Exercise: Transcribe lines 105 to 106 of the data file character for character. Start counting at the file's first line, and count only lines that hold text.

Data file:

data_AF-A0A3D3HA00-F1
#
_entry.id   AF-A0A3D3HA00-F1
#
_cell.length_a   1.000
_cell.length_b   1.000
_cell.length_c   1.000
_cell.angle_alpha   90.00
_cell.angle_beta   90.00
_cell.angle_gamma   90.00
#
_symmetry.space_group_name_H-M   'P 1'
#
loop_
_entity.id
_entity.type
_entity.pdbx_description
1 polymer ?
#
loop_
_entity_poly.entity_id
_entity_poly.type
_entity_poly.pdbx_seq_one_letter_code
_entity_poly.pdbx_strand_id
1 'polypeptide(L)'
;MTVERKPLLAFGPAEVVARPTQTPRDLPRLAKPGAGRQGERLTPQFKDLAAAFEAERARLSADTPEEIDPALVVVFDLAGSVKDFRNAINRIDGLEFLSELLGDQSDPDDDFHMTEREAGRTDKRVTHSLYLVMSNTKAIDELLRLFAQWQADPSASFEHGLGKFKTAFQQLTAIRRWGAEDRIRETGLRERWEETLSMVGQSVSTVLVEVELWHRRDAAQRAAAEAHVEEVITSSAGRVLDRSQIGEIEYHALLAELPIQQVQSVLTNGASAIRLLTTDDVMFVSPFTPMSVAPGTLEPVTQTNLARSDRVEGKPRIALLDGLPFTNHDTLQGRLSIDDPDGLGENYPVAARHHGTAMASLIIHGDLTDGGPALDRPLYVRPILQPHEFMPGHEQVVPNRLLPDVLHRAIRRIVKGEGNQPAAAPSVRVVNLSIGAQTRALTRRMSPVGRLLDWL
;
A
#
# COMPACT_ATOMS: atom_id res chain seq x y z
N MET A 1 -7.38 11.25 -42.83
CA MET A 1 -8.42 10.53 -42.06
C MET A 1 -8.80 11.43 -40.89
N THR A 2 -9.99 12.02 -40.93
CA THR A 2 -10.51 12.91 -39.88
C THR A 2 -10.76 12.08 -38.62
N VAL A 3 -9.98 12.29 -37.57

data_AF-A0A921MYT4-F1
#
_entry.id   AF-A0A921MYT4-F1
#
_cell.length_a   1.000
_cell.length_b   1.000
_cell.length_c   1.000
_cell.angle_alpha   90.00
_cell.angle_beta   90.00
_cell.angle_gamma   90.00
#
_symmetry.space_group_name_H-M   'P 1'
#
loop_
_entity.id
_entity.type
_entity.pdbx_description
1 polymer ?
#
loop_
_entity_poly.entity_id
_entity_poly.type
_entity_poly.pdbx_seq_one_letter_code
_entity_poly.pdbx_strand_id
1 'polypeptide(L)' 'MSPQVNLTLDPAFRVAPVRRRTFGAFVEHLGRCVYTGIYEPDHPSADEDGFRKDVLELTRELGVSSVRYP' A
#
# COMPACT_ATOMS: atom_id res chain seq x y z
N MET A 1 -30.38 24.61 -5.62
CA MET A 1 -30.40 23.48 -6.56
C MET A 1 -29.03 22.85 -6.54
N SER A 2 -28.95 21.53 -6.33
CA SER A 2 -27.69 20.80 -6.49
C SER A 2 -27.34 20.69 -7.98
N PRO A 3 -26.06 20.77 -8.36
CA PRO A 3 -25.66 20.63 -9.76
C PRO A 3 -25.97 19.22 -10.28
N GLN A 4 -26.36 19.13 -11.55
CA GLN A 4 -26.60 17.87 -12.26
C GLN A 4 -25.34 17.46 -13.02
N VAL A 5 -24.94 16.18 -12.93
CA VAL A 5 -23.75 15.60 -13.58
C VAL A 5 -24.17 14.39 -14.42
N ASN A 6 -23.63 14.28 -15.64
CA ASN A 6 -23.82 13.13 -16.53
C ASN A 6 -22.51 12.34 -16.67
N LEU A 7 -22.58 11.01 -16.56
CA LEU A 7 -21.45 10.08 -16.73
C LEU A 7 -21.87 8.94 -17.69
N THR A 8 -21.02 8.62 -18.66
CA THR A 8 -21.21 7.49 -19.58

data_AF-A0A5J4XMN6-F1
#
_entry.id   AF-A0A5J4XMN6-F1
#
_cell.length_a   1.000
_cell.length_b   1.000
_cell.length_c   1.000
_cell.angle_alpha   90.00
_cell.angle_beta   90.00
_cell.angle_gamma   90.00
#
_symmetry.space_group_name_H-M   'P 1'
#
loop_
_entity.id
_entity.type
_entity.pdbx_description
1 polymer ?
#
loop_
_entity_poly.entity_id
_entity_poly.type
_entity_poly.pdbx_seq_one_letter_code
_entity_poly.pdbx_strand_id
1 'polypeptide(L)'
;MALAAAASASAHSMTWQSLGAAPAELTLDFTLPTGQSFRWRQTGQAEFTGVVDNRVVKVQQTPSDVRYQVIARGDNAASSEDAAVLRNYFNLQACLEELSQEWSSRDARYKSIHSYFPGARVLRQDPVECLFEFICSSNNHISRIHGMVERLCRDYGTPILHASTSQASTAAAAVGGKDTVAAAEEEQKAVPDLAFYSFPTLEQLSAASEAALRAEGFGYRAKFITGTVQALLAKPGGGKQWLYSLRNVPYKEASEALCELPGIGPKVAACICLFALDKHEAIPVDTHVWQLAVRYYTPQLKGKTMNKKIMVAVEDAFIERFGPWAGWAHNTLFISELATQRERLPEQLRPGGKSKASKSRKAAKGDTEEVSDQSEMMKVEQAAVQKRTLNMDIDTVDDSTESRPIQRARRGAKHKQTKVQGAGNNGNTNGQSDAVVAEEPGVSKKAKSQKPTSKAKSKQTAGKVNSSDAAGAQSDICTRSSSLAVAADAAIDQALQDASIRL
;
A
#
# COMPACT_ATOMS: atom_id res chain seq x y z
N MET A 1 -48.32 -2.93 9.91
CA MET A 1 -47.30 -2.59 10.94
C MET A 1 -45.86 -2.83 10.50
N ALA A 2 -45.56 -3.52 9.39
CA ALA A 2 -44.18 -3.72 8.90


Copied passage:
1 polymer ?
#